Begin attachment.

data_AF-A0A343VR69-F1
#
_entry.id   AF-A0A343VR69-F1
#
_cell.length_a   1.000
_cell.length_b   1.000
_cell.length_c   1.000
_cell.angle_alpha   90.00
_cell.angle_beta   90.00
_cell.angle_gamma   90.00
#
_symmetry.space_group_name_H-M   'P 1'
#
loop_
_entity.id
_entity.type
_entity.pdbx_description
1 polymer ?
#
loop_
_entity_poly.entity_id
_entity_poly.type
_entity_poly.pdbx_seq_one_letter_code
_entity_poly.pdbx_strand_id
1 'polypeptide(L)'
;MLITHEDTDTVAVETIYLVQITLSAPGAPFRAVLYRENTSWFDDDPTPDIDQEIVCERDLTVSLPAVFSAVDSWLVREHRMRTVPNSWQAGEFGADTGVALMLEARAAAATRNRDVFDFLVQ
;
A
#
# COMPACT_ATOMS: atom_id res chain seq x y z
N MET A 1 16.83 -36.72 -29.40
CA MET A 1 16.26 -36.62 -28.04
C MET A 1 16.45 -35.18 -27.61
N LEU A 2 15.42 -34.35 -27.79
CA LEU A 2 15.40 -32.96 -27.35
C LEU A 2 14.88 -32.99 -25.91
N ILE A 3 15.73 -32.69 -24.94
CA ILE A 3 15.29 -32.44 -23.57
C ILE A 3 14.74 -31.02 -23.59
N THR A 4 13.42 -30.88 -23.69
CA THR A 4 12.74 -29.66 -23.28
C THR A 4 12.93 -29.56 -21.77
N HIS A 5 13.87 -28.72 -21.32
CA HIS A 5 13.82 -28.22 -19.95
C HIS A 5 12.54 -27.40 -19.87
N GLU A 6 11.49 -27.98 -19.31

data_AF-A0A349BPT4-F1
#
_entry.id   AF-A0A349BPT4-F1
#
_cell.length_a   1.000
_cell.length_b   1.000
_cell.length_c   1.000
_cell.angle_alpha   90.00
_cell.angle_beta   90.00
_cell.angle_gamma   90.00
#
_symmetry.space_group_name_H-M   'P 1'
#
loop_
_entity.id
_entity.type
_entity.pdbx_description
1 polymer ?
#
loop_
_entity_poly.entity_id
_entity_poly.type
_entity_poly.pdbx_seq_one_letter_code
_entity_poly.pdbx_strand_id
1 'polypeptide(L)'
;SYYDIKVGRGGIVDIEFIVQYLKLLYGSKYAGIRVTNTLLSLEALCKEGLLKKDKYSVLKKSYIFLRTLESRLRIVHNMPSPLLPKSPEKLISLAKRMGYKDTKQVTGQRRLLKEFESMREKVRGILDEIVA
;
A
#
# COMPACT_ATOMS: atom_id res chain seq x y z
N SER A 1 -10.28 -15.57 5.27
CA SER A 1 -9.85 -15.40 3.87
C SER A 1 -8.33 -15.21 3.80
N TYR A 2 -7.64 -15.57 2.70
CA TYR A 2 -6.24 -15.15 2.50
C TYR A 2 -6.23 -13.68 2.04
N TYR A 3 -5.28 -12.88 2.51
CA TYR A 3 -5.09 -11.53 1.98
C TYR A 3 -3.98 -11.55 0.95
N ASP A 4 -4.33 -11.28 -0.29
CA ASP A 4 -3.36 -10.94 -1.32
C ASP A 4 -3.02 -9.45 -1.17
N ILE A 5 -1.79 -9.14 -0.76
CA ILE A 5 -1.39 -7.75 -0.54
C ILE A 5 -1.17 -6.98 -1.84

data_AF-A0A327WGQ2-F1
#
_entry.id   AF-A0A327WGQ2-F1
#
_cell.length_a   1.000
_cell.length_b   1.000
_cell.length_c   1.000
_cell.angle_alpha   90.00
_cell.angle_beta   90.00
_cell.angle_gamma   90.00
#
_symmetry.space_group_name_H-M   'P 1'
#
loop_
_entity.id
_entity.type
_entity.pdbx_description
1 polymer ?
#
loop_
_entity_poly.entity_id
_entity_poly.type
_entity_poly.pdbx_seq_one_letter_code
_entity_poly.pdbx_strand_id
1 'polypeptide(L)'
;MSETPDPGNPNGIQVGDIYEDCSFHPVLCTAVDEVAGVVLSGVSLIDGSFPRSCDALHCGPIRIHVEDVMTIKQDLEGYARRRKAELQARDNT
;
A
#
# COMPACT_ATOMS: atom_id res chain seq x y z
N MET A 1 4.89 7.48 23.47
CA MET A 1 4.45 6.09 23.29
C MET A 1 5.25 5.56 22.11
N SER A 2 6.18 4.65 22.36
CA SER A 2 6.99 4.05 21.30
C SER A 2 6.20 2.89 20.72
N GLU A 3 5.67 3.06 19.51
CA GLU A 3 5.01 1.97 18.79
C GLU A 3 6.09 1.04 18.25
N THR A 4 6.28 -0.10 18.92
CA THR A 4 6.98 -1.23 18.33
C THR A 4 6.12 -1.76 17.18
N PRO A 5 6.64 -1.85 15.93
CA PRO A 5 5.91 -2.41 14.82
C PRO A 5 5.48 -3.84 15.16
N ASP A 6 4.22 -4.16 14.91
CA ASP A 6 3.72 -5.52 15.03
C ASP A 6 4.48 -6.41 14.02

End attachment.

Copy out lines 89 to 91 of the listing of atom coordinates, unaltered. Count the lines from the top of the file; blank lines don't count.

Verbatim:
N ILE A 5 -1.79 -9.14 -0.76
CA ILE A 5 -1.39 -7.75 -0.54
C ILE A 5 -1.17 -6.98 -1.84